Gentlemen, We have been led to believe that the Bank in their Bounty and goodness has been so kind to Afford some little allowance of Money to those who have been so very unfortunate as to be Transported at their instance If this is the Case we whose names are to this letter signed are now on Board to make a long disheartning Voyage without a penny it would be most thankfully received if sent to us on Board the ship – We are Gentlemen your obedient humble Servants
112. [F25/2/4] 'RW', Newgate, 24 May 1813
Sir, I have Just been informd of a man that Deals Largly in Forgd Bank Notes – his Name is truman he Lives at Birmm in a Street Near the horse fair but the Name of it I Could not Learn the person that told me is a prisoner here I am Sir Your Most Obedient Humle Sernt R.W.
[R. W. likely to be Richard Walker, 119–30, 190.]
113. [F25/2/5] James Williams, Retribution hulk, Woolwich 16 July 1813
Sir, You may recollect that I was tried at Reading in Berkshire at the Suit of the Bank of England for having forged Notes found upon me, to which I pleaded guilty and Received Sentence of transportation for fourteen years – and am at present detained on Board this Hulk – The purport of this letter is to pray that you would have the goodness to endeavour to have me sent to the Bay in the Ship that is now in readiness for sailing which will take in the Convicts in the course of Eight days, and going in her would be of the greatest importance to me in my present unhappy situation, being here without One Single Shilling, and no hopes of any assistence whatever – and application from you would be immediately attended to. –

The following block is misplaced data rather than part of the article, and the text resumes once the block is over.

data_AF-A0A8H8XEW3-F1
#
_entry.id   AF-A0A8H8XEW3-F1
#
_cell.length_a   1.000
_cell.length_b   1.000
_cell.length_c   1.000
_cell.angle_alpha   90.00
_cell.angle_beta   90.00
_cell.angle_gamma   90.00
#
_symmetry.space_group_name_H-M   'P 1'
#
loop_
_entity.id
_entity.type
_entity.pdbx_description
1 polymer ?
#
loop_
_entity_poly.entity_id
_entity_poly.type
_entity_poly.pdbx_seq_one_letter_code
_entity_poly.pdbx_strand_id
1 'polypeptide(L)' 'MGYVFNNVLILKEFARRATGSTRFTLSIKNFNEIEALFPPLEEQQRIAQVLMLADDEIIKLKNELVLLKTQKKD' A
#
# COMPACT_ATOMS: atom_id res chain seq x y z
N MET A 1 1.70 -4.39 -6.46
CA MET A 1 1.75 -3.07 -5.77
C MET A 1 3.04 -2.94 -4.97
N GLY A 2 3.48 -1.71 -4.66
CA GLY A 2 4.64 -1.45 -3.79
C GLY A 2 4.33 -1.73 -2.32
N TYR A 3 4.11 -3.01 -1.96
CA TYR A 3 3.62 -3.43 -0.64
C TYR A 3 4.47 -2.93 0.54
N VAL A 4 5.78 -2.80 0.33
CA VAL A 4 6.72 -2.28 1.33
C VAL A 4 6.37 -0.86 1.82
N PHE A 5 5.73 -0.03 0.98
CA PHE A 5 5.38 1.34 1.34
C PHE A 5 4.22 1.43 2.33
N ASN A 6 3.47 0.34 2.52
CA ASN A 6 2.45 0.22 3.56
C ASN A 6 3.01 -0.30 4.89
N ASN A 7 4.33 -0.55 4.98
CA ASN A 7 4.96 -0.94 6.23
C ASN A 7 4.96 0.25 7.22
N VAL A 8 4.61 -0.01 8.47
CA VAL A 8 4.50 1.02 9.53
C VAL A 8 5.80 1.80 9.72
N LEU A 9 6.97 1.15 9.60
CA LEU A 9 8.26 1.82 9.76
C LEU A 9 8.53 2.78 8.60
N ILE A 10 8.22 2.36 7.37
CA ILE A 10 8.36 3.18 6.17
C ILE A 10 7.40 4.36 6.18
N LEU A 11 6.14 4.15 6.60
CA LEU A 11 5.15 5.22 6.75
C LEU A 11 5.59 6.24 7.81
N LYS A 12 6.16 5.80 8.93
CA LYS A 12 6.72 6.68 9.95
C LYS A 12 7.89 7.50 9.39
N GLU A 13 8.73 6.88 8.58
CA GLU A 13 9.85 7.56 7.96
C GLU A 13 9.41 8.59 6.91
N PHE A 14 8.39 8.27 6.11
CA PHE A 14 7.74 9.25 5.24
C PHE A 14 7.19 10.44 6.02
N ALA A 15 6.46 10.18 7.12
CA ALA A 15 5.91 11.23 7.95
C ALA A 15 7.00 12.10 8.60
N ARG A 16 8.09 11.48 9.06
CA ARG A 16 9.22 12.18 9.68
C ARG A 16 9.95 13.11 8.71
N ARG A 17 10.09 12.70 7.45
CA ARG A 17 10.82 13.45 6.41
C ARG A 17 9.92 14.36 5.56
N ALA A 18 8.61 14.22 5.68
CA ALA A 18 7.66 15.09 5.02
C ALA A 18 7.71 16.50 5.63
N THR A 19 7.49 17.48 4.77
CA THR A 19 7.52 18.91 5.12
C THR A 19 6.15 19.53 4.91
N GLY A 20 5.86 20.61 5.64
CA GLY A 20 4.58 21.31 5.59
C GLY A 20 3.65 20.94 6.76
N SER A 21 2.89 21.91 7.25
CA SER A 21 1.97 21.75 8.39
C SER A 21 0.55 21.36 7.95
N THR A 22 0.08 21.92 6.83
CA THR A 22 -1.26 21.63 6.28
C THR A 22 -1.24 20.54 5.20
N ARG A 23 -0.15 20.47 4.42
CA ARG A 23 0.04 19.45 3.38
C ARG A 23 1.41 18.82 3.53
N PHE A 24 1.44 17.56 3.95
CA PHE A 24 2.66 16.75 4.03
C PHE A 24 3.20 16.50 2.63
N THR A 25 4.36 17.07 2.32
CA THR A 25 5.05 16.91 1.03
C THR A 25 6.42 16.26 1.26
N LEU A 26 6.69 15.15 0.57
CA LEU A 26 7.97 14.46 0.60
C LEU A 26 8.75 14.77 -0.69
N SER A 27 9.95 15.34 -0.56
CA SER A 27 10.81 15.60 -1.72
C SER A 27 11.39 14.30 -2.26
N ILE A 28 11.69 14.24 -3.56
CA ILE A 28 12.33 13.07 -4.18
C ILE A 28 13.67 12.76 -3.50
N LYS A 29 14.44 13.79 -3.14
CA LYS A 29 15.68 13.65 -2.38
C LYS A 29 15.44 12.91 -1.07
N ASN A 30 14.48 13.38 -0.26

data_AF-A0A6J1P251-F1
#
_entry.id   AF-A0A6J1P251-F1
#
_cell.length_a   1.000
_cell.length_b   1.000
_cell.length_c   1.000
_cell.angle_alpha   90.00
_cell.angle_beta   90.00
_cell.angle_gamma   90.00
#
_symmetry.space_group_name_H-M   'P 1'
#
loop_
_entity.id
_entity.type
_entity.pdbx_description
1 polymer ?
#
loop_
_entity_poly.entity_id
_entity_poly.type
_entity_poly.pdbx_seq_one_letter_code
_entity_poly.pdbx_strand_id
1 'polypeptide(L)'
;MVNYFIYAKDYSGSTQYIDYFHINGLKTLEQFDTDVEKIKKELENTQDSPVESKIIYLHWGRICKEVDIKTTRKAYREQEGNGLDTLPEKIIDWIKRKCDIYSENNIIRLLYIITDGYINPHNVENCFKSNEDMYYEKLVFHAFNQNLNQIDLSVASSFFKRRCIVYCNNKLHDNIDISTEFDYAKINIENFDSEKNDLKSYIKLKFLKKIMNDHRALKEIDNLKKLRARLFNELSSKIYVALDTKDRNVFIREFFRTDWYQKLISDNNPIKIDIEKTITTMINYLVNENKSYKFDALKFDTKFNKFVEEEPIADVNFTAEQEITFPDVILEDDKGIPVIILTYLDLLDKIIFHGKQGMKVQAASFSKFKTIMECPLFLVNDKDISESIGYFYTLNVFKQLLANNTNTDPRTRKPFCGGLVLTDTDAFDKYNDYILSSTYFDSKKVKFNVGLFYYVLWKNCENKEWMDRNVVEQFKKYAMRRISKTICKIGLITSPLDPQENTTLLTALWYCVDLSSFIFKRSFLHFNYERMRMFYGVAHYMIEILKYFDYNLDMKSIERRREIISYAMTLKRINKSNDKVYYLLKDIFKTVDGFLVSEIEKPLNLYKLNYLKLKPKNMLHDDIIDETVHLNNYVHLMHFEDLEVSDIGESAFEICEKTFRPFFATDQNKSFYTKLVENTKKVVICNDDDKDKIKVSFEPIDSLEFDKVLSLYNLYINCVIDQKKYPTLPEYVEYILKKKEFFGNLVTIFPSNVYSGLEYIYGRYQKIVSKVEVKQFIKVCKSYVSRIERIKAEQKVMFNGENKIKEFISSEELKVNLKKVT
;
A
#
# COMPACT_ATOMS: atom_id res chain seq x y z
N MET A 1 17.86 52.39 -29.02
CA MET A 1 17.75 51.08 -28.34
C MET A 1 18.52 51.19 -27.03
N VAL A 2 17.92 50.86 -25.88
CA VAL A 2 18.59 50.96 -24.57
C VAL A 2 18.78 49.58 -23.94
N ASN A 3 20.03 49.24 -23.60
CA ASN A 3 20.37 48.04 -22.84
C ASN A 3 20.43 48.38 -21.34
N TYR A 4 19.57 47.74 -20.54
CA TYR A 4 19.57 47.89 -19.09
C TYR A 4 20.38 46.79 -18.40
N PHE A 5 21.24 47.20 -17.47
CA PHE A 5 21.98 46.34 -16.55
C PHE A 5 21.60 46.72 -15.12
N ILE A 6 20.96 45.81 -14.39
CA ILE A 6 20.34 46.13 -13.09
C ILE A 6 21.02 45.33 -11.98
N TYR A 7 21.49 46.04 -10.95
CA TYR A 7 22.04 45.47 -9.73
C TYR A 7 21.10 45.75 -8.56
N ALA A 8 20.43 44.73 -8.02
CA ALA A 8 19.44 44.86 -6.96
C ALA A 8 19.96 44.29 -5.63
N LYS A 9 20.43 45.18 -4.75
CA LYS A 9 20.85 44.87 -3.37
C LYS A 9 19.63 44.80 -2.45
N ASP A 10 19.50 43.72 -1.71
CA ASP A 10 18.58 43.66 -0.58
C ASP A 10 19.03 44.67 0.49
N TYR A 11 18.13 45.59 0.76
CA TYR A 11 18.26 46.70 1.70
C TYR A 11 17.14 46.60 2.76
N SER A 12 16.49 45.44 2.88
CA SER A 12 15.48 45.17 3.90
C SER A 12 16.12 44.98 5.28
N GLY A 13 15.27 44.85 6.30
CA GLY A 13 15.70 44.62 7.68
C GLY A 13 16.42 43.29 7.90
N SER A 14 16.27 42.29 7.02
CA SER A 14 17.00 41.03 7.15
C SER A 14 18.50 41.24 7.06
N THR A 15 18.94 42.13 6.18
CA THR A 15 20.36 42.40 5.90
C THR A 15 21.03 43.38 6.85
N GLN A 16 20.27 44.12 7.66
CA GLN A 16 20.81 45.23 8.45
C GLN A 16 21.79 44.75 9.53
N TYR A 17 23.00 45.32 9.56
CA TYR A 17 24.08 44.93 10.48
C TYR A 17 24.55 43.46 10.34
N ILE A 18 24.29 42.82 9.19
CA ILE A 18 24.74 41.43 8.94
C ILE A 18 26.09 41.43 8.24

I humbly beg your forgiveness for this liberty I am Sir, your Obt Servant James Williams is the name Indicted in or now John King
PS: your answer will be thankfully received.
114. [F25/2/6–11] Thomas White, Savage hospital ship, Woolwich, to Lord Sidmouth, 30 July 1813
White, home office official working on the ship, asks Lord Sidmouth to pass information (received from prisoner, James Bartram, on Savage for 2 years with badly ulcerated leg) to Bank about major note dealers in Birmingham. Attached: Bartram's statement; letter from Joseph Beckett, home office, forwarding White's letter to Bank solicitors; copy letter, 4 Aug. 1813, from Bank solicitors returning White's letter to Beckett, as they already know about Bartram's information; letter to Beckett from Bank solicitors, 21 Aug. 1813, saying they have sent investigator to Savage but expect to gain nothing. [Bartram sentenced to fourteen yrs trspn, Leics. summer ass. 1811.]